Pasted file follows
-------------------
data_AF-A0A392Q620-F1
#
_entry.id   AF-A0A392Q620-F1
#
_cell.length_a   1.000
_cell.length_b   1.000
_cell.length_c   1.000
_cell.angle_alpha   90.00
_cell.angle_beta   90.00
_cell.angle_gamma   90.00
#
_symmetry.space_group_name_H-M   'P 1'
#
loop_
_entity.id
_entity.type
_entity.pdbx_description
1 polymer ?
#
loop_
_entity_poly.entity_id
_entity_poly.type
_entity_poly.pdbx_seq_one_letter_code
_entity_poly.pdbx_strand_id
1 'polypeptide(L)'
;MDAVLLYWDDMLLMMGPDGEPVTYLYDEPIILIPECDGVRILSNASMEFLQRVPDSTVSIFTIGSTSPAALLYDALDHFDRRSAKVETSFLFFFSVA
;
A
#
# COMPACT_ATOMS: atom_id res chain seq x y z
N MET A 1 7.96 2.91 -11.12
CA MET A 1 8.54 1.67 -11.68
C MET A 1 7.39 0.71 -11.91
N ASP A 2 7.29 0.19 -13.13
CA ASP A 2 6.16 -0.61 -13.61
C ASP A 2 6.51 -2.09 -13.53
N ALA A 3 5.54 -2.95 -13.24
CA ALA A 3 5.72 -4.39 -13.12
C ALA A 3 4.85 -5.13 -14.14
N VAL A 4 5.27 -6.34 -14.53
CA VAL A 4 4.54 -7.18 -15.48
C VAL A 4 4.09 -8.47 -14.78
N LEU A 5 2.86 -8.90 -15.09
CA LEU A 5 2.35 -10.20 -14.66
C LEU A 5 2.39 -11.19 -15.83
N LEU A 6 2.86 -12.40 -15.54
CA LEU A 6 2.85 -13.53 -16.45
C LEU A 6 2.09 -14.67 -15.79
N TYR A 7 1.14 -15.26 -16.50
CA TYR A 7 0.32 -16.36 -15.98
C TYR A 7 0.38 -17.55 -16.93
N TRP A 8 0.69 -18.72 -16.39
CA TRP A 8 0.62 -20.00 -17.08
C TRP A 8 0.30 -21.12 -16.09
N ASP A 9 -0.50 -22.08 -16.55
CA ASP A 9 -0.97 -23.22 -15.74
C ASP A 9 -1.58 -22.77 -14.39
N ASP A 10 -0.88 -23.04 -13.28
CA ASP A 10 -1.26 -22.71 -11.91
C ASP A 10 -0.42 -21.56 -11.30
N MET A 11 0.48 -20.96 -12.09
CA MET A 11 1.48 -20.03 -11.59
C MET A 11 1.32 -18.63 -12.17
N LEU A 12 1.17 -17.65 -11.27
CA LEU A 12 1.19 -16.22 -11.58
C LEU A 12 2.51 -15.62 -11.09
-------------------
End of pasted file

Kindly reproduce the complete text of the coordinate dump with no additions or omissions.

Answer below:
data_AF-A0A392Q620-F1
#
_entry.id   AF-A0A392Q620-F1
#
_cell.length_a   1.000
_cell.length_b   1.000
_cell.length_c   1.000
_cell.angle_alpha   90.00
_cell.angle_beta   90.00
_cell.angle_gamma   90.00
#
_symmetry.space_group_name_H-M   'P 1'
#
loop_
_entity.id
_entity.type
_entity.pdbx_description
1 polymer ?
#
loop_
_entity_poly.entity_id
_entity_poly.type
_entity_poly.pdbx_seq_one_letter_code
_entity_poly.pdbx_strand_id
1 'polypeptide(L)'
;MDAVLLYWDDMLLMMGPDGEPVTYLYDEPIILIPECDGVRILSNASMEFLQRVPDSTVSIFTIGSTSPAALLYDALDHFDRRSAKVETSFLFFFSVA
;
A
#
# COMPACT_ATOMS: atom_id res chain seq x y z
N MET A 1 7.96 2.91 -11.12
CA MET A 1 8.54 1.67 -11.68
C MET A 1 7.39 0.71 -11.91
N ASP A 2 7.29 0.19 -13.13
CA ASP A 2 6.16 -0.61 -13.61
C ASP A 2 6.51 -2.09 -13.53
N ALA A 3 5.54 -2.95 -13.24
CA ALA A 3 5.72 -4.39 -13.12
C ALA A 3 4.85 -5.13 -14.14
N VAL A 4 5.27 -6.34 -14.53
CA VAL A 4 4.54 -7.18 -15.48
C VAL A 4 4.09 -8.47 -14.78
N LEU A 5 2.86 -8.90 -15.09
CA LEU A 5 2.35 -10.20 -14.66
C LEU A 5 2.39 -11.19 -15.83
N LEU A 6 2.86 -12.40 -15.54
CA LEU A 6 2.85 -13.53 -16.45
C LEU A 6 2.09 -14.67 -15.79
N TYR A 7 1.14 -15.26 -16.50
CA TYR A 7 0.32 -16.36 -15.98
C TYR A 7 0.38 -17.55 -16.93
N TRP A 8 0.69 -18.72 -16.39
CA TRP A 8 0.62 -20.00 -17.08
C TRP A 8 0.30 -21.12 -16.09
N ASP A 9 -0.50 -22.08 -16.55
CA ASP A 9 -0.97 -23.22 -15.74
C ASP A 9 -1.58 -22.77 -14.39
N ASP A 10 -0.88 -23.04 -13.28
CA ASP A 10 -1.26 -22.71 -11.91
C ASP A 10 -0.42 -21.56 -11.30
N MET A 11 0.48 -20.96 -12.09
CA MET A 11 1.48 -20.03 -11.59
C MET A 11 1.32 -18.63 -12.17
N LEU A 12 1.17 -17.65 -11.27
CA LEU A 12 1.19 -16.22 -11.58
C LEU A 12 2.51 -15.62 -11.09